- Make sure your social media outlets are interconnected, and connected to your website. Embed your YouTube videos in your blogs, for example, and then link from the YouTube video back to your blog using video pop-ups. Point to your videos from Facebook. Create images that contain a quote from the anthology and post on Facebook and Instagram. If it’s something people like, they’ll share it. Have your company logo and website link (written in small-print at the bottom) on every picture you distribute this way.
- Find relevant groups on Facebook, join them, then contribute to them. Ask the groups to promote your book directly themselves if it’s highly relevant to their own goals. Offer to help them by promoting something of theirs in return.
- Find relevant forums or blogs, such as Dreamers Creative Writing, and contribute, making sure to include a link back to your site from within your contribution. If there is a forum on Reddit where your kind of writing is discussed, this would be a good place to contribute. Make sure your contribution is relevant to the forum and keep any promotion subtle.
- Via social media, ask for public reviews for your book, such as from relevant websites, magazines and online pubs. Ask that they post them on your Facebook page and/or on Amazon.
Contributing Authors – Promoting an Anthology:
- Ask contributing authors to help with promoting an anthology by posting on social media (see above).
- Request that your authors ask for reviews from their family and friends.
- Ask your authors to buy extra copies they can sell, or gift, to their family.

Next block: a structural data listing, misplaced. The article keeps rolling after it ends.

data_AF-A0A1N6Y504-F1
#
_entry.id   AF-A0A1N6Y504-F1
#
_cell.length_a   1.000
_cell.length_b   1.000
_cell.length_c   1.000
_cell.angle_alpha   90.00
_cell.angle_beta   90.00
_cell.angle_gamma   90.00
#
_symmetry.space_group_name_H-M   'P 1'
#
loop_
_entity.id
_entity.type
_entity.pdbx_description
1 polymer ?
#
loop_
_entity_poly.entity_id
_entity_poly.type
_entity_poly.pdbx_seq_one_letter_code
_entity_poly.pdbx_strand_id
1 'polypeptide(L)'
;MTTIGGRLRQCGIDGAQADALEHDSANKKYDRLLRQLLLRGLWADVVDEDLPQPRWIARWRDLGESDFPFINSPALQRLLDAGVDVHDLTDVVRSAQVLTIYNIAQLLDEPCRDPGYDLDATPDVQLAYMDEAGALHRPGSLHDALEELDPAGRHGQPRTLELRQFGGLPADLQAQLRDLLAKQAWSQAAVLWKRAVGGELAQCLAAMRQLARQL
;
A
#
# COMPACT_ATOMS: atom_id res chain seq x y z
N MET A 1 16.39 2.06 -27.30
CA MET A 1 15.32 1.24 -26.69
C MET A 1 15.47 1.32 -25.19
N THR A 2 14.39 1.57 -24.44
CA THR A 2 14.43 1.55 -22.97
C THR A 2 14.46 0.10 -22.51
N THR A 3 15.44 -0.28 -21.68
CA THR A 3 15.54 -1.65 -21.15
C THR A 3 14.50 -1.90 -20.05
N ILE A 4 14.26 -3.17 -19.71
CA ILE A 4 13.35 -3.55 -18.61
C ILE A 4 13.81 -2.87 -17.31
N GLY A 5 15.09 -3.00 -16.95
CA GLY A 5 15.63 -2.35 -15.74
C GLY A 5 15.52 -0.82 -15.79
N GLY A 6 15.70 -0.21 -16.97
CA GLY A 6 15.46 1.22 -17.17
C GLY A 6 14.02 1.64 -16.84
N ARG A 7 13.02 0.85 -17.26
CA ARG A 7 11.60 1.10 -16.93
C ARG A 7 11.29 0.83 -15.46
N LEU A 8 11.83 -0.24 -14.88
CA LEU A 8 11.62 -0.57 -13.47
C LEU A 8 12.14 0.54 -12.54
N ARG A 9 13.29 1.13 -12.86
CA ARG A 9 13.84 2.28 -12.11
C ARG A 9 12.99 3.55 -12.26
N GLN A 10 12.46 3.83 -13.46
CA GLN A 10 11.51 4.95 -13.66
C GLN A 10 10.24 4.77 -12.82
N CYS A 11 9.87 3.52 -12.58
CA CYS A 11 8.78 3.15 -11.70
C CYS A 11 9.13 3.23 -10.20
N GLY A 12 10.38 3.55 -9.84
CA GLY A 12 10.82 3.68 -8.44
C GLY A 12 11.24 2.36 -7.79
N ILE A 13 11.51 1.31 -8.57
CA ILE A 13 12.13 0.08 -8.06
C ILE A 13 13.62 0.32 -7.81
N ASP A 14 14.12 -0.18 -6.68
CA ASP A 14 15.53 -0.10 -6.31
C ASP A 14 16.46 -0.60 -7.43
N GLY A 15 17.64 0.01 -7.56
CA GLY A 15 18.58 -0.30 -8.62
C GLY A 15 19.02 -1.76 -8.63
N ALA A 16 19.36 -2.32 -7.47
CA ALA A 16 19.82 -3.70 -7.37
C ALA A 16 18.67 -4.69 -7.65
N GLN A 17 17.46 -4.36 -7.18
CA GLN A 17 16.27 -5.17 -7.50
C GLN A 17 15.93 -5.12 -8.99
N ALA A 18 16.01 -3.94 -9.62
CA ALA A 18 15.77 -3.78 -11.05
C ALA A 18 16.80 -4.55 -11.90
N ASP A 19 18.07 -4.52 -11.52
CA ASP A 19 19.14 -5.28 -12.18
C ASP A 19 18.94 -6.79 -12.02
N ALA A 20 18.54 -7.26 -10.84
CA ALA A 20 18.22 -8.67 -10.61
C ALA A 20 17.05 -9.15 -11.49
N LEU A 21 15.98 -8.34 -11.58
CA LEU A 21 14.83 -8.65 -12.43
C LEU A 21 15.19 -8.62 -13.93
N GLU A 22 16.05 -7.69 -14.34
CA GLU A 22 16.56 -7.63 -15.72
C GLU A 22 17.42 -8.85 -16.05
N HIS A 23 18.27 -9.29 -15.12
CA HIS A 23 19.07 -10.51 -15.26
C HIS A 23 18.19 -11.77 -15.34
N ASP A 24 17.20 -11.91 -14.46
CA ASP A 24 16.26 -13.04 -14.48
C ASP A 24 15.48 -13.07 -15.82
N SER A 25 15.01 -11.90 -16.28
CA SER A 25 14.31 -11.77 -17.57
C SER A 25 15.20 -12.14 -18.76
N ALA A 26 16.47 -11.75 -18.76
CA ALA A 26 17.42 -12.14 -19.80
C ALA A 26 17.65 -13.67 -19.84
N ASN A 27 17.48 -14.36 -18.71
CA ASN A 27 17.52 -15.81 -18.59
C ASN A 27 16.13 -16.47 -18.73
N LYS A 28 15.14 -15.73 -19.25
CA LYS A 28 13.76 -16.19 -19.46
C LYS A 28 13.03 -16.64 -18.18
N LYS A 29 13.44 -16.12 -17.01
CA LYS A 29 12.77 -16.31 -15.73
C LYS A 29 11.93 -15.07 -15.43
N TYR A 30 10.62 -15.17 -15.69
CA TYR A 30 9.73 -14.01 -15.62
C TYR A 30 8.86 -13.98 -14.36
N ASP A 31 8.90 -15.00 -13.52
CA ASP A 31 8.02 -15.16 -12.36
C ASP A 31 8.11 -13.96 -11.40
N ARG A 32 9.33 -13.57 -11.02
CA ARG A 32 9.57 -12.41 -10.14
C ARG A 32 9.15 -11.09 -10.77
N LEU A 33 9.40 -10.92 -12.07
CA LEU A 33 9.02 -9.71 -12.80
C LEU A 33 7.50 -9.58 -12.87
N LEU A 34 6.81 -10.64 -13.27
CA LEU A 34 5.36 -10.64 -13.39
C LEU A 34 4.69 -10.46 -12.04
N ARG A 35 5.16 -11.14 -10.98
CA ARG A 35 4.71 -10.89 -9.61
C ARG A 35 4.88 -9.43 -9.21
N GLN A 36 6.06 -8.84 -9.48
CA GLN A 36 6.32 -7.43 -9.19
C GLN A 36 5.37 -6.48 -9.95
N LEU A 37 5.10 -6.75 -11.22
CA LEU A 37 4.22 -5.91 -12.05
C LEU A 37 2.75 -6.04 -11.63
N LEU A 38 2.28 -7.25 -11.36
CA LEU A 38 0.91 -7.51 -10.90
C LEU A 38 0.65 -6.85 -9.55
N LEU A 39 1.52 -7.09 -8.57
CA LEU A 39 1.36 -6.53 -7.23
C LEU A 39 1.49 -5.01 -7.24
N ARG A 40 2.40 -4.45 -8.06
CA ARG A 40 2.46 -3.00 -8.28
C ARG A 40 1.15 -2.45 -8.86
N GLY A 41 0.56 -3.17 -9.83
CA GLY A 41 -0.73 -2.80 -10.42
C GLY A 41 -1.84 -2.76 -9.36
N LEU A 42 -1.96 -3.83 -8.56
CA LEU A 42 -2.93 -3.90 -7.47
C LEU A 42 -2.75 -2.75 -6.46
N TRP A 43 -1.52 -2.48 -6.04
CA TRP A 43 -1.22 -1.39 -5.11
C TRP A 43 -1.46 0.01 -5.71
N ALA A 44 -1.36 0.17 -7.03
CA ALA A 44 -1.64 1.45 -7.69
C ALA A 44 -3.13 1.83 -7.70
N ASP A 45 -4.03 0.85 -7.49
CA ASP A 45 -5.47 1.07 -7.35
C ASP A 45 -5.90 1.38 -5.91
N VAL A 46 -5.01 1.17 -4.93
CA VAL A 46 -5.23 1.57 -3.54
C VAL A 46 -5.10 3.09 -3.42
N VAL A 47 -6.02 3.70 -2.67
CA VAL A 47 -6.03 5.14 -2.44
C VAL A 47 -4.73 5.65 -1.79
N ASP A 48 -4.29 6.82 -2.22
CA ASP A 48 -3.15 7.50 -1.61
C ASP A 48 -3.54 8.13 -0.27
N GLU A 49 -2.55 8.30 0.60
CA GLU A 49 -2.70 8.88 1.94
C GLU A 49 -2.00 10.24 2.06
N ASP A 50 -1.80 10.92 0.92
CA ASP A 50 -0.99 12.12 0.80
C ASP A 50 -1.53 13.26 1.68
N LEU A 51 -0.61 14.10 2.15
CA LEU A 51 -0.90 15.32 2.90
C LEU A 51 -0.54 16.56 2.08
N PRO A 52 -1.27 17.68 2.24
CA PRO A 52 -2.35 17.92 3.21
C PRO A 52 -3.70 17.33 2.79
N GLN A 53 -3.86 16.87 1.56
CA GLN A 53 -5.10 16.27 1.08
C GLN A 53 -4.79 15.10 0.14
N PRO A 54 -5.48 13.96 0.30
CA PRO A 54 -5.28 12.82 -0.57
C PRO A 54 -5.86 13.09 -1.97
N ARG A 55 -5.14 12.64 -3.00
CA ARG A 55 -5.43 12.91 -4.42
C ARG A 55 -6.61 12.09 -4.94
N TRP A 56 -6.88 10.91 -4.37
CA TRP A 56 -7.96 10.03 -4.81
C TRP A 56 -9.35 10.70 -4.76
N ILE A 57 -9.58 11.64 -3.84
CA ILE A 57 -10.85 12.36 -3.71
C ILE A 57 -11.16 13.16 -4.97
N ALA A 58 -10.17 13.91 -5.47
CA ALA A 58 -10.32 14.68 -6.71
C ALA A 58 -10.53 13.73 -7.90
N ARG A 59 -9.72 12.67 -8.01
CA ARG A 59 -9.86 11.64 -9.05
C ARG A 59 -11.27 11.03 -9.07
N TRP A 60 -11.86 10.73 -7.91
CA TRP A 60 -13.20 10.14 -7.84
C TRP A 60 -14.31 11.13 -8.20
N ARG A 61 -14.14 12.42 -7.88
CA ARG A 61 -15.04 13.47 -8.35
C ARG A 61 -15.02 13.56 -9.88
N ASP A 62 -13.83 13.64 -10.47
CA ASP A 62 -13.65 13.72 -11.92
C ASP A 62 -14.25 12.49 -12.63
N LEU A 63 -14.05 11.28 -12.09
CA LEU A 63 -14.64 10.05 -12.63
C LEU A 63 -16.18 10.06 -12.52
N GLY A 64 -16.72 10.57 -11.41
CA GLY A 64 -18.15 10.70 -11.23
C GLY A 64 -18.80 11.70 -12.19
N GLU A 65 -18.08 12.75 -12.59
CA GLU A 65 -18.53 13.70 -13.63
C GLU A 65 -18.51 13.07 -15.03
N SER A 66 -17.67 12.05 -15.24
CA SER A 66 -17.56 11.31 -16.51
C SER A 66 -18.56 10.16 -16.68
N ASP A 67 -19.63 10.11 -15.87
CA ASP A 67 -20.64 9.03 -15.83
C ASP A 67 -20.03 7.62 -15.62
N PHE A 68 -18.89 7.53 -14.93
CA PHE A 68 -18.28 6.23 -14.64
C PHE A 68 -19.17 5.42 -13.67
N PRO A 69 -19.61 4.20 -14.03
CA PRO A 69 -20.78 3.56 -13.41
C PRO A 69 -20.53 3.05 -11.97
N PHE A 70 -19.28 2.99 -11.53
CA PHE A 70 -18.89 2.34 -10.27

- Encourage your authors to refer people to your website and especially your subscriber list. **Building a subscriber list is a marketing best practice.
- Ask your authors to guest blog on your blog about their own work in the anthology. (They’ll see it as another publishing opportunity!)
- Suggest that authors search for bloggers that review books, and have them ask the bloggers to review your anthology.
Miscellaneous Options for Promoting a Book or Anthology:
- Make sure to create a one-page flyer for your book or anthology as a PDF that is posted online, with author info, abstract, press info, a pic of the cover, and testimonials from pre-readers. This can be sent to bookstores to solicit bulk orders, among other things. Authors may also want to point to this in some of their own communications, as they personally promote the anthology.
- Press Release: Write a press release and issue it to appropriate locations including websites, print magazines, publishers of similar anthologies, eZines, etc. Be prepared to respond to interview requests.
- Digital Signage Advertisements: Consider using your one-page flyer or motion graphics for screen content. Digital signage can turn your content strategy into memorable visuals that get noticed. It doesn’t have to cost a lot or take hours of time. Check out this article from our friends at Enplug: 27 Digital Signage Content Creation Tools.
- Virtual/Augmented Reality: VR is quickly becoming one of the most powerful methods of entertainment, promotion and client/customer attraction. Our friends at Causmo Effect Concepts specialize in VR and 360 video tours.
There! Now you know best practices for promoting a book or promoting an anthology. Get out there and start promoting!
*This article was published on December 29, 2018 and updated December 7, 2020